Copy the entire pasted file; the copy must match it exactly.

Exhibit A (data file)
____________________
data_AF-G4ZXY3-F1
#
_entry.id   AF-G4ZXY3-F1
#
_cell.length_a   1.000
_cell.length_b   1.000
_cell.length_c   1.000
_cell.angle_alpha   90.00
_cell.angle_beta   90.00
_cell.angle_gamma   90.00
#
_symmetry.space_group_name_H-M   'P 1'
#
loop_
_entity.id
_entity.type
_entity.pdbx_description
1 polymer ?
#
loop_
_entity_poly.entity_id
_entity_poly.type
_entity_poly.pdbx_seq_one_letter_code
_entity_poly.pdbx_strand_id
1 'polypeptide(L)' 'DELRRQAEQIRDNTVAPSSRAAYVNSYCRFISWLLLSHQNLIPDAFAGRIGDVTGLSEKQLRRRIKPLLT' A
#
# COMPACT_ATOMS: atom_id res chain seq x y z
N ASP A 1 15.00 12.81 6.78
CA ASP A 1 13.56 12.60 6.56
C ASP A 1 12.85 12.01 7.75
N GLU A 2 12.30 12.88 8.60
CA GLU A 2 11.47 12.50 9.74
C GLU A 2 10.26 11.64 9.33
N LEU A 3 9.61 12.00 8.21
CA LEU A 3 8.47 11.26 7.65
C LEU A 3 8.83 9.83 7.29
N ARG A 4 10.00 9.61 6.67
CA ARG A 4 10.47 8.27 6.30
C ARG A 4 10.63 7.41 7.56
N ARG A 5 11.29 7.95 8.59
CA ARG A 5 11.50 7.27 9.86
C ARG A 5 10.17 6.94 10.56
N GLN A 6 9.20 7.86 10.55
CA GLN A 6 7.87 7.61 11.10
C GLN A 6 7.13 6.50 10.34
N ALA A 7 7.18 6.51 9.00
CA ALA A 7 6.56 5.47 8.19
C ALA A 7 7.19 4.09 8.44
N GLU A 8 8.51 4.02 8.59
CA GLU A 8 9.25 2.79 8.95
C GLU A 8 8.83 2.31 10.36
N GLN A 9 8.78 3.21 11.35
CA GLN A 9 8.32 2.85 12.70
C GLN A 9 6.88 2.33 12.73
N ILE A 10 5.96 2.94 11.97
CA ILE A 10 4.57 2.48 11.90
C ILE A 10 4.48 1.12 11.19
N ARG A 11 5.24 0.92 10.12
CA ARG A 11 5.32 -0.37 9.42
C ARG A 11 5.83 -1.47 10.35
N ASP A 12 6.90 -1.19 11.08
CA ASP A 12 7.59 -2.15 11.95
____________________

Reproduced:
data_AF-G4ZXY3-F1
#
_entry.id   AF-G4ZXY3-F1
#
_cell.length_a   1.000
_cell.length_b   1.000
_cell.length_c   1.000
_cell.angle_alpha   90.00
_cell.angle_beta   90.00
_cell.angle_gamma   90.00
#
_symmetry.space_group_name_H-M   'P 1'
#
loop_
_entity.id
_entity.type
_entity.pdbx_description
1 polymer ?
#
loop_
_entity_poly.entity_id
_entity_poly.type
_entity_poly.pdbx_seq_one_letter_code
_entity_poly.pdbx_strand_id
1 'polypeptide(L)' 'DELRRQAEQIRDNTVAPSSRAAYVNSYCRFISWLLLSHQNLIPDAFAGRIGDVTGLSEKQLRRRIKPLLT' A
#
# COMPACT_ATOMS: atom_id res chain seq x y z
N ASP A 1 15.00 12.81 6.78
CA ASP A 1 13.56 12.60 6.56
C ASP A 1 12.85 12.01 7.75
N GLU A 2 12.30 12.88 8.60
CA GLU A 2 11.47 12.50 9.74
C GLU A 2 10.26 11.64 9.33
N LEU A 3 9.61 12.00 8.21
CA LEU A 3 8.47 11.26 7.65
C LEU A 3 8.83 9.83 7.29
N ARG A 4 10.00 9.61 6.67
CA ARG A 4 10.47 8.27 6.30
C ARG A 4 10.63 7.41 7.56
N ARG A 5 11.29 7.95 8.59
CA ARG A 5 11.50 7.27 9.86
C ARG A 5 10.17 6.94 10.56
N GLN A 6 9.20 7.86 10.55
CA GLN A 6 7.87 7.61 11.10
C GLN A 6 7.13 6.50 10.34
N ALA A 7 7.18 6.51 9.00
CA ALA A 7 6.56 5.47 8.19
C ALA A 7 7.19 4.09 8.44
N GLU A 8 8.51 4.02 8.59
CA GLU A 8 9.25 2.79 8.95
C GLU A 8 8.83 2.31 10.36
N GLN A 9 8.78 3.21 11.35
CA GLN A 9 8.32 2.85 12.70
C GLN A 9 6.88 2.33 12.73
N ILE A 10 5.96 2.94 11.97
CA ILE A 10 4.57 2.48 11.90
C ILE A 10 4.48 1.12 11.19
N ARG A 11 5.24 0.92 10.12
CA ARG A 11 5.32 -0.37 9.42
C ARG A 11 5.83 -1.47 10.35
N ASP A 12 6.90 -1.19 11.08
CA ASP A 12 7.59 -2.15 11.95